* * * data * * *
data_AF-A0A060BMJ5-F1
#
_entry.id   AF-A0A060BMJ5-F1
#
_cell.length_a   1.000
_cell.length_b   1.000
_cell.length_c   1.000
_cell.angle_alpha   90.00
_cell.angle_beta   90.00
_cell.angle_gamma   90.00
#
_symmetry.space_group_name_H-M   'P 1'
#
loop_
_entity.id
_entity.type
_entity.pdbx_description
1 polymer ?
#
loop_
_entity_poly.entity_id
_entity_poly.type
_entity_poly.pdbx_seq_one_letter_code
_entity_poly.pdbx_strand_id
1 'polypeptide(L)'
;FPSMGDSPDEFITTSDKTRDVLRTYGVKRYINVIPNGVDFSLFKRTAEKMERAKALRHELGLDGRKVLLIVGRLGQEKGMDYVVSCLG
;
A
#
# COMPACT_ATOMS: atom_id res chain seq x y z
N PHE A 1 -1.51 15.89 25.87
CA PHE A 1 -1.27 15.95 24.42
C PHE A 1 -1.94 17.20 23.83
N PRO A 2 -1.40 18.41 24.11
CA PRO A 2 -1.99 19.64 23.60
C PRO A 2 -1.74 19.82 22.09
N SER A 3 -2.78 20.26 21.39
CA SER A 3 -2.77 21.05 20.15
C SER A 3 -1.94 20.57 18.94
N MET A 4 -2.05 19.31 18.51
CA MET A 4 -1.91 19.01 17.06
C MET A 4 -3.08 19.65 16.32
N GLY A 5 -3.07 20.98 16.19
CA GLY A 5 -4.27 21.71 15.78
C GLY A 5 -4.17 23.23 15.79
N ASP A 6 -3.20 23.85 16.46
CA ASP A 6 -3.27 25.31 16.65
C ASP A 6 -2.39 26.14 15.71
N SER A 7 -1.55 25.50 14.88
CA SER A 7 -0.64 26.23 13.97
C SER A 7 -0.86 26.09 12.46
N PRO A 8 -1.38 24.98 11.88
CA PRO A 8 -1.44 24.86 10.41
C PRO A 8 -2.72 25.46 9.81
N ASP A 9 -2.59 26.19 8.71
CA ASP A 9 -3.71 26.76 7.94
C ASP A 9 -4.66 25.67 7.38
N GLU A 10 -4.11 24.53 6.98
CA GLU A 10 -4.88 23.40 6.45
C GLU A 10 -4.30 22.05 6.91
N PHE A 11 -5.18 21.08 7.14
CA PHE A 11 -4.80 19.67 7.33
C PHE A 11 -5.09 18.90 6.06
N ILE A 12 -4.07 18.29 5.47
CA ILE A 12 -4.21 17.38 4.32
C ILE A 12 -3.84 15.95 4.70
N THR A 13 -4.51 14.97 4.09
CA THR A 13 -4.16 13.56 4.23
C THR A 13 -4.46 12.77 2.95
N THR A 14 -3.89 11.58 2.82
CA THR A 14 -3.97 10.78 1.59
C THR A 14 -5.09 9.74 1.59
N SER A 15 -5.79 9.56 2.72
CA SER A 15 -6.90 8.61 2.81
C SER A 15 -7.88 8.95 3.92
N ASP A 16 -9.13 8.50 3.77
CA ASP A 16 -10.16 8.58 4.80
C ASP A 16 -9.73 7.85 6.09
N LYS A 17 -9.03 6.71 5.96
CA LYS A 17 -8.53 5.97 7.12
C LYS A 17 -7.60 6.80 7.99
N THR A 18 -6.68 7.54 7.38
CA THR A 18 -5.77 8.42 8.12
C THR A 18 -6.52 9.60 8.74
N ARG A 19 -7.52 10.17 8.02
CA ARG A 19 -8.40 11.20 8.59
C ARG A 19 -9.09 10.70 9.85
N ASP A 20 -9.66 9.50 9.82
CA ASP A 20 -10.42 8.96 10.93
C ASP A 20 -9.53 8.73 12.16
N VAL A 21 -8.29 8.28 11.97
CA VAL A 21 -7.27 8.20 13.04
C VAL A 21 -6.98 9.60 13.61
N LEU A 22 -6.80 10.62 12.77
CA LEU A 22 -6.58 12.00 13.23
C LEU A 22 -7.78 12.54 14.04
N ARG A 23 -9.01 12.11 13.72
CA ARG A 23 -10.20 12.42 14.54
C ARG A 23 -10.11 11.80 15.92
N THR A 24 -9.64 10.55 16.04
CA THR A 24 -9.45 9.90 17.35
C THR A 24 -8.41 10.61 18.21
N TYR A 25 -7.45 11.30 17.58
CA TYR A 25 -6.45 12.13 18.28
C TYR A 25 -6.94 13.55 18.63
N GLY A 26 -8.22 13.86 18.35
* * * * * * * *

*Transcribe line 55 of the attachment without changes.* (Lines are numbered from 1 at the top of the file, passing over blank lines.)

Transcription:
N ASP A 9 -2.59 26.19 8.71